The demolition of international confidence in the US has come more recently, and we have nobody but ourselves to blame. Bumbling attempts to address several post-Cold War problems were allowed to so completely convolute chemical and biological weapons control commitments that we sacrificed whatever moral high ground we might have had. Now, many international critics convincingly argue the US is a chemical and biological weapons control "rogue state".
Where did we go wrong? Three main areas: First, fear of terrorism and "rogue states" and, particularly, their access to the military talent and technology of our Cold War enemies. Second, missteps retooling the US military for greater involvement in peacekeeping and military "operations other than war" (such as Somalia). Third, a foolish attempt to find the ever-elusive "silver bullet" to win the Drug War that has resulted in US development of biological weapons. In more detail:
Biological Warfare in the Name of America's Children
For more than three years the US has menaced other countries with the threat of biological attack. Not just any countries. We've mainly harassed two of the world's terrorism hotspots: Afghanistan and Colombia.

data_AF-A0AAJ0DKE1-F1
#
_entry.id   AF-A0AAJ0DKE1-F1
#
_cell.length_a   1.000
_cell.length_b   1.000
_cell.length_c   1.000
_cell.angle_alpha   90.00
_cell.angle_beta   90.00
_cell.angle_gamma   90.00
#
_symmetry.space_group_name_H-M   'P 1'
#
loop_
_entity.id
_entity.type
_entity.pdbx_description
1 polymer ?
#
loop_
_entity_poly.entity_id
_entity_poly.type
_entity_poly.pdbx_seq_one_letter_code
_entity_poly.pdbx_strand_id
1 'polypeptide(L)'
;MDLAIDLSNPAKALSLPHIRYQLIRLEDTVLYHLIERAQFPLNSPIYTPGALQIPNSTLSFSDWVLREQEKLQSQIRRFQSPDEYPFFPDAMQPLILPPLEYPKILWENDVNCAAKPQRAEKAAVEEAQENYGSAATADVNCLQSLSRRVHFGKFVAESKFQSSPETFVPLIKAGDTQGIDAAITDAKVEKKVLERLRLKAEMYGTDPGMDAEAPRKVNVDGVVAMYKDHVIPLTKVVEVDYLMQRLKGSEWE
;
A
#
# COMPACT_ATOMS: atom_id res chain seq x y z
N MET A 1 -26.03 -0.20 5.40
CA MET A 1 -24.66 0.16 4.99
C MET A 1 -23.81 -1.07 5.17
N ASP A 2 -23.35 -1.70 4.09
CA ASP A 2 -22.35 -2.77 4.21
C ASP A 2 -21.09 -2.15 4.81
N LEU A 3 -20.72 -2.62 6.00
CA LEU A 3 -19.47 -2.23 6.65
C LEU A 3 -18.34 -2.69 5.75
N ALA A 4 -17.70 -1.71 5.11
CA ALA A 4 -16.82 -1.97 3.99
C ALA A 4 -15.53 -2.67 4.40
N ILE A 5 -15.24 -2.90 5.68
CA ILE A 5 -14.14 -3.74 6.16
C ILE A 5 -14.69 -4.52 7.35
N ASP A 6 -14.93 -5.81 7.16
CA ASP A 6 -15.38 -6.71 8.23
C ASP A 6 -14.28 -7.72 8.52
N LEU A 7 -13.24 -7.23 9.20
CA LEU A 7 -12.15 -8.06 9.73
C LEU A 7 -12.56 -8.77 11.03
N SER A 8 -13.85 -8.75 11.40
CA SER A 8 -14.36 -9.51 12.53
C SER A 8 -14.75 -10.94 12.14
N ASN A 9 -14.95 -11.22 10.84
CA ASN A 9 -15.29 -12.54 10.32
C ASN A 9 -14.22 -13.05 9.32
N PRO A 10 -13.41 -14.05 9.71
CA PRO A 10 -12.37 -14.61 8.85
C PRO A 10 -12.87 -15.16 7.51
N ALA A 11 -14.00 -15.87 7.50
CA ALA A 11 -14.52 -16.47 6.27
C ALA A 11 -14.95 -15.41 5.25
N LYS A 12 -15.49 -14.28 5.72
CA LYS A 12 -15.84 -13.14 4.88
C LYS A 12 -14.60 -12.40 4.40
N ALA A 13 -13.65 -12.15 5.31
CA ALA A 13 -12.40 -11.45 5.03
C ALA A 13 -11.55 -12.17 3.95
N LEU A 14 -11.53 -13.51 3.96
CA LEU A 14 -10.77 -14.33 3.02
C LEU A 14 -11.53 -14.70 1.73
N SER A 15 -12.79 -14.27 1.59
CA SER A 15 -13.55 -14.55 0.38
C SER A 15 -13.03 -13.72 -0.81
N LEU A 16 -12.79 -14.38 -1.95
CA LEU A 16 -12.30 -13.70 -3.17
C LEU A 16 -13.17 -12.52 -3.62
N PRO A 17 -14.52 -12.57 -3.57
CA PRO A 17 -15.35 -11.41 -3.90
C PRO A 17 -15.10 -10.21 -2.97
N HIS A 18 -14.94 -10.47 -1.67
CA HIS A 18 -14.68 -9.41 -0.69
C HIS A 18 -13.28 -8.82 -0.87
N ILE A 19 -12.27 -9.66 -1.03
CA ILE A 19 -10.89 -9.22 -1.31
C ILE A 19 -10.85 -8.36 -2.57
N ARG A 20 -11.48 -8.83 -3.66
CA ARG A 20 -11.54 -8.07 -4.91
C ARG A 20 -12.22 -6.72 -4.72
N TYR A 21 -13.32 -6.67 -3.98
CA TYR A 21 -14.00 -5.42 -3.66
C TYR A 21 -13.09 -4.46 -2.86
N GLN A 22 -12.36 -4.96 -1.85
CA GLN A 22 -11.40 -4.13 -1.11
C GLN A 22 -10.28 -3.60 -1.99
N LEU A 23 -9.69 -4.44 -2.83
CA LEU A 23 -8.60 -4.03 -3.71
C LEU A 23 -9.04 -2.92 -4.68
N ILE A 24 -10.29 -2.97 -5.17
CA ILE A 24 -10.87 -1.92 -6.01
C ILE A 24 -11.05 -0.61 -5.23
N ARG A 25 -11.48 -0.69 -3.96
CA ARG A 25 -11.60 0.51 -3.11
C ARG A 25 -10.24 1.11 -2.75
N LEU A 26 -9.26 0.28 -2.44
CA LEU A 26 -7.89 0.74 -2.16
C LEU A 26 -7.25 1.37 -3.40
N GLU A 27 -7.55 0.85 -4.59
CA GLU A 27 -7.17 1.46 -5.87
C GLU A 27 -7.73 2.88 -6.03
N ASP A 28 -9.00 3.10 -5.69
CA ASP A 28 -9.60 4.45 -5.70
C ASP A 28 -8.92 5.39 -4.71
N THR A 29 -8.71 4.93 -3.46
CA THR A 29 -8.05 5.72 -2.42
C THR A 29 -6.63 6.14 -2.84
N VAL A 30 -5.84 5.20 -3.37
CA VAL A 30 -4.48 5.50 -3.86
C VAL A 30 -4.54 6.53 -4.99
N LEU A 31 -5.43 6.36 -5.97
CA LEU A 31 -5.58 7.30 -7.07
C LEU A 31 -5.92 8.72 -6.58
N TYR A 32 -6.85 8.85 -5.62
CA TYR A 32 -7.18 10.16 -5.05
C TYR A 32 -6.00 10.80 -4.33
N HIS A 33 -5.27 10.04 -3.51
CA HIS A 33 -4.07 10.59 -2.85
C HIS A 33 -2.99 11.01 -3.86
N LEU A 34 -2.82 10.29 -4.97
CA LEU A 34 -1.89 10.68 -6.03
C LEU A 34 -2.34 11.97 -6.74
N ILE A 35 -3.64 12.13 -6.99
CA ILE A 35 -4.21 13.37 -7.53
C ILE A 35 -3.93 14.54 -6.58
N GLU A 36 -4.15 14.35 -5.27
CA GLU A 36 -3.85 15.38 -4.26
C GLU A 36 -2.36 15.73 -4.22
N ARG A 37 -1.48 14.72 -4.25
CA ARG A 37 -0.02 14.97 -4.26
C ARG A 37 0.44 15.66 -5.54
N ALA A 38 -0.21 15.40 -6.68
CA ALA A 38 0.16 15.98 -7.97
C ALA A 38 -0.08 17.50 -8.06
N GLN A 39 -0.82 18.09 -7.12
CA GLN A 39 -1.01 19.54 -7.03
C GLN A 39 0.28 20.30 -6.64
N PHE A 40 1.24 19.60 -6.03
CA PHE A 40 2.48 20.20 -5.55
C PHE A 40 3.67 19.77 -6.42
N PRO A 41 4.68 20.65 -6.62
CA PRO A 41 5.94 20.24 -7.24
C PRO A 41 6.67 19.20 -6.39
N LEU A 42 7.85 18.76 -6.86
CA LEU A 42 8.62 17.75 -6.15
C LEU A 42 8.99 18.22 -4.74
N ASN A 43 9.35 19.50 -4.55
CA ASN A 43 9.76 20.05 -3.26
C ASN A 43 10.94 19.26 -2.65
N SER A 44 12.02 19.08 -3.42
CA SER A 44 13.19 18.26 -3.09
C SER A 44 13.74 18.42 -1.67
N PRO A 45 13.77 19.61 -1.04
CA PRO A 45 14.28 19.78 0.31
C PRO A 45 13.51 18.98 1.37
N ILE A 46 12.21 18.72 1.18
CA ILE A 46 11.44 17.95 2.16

The ostensible US motive is to prevent American kids from becoming drug addicts by using biological weapons on Third World countries that produce the drugs we buy and then snort, inject, and smoke. In Afghanistan the target is opium poppy, source of heroin. Our weapon is a dangerous fungus developed by a perverse alliance of militaristic US drug warriors and ex-Soviet bioweapons researchers who previously dedicated themselves to developing pathogens to destroy US food supplies. The legal pretext includes attempts to gain the "approval" of the Afghan government in exile (in Pakistan), a bitter enemy of the Taliban that has no de facto power. The environmental and human effects of use of these fungi could be devastating.
Our troops are a surprise. This biological weapon is not in our military arsenal; but that of the State Department's anti-narcotics division, supported by US diplomatic missions (repeat: diplomatic missions) that provide cash, political, and intelligence support.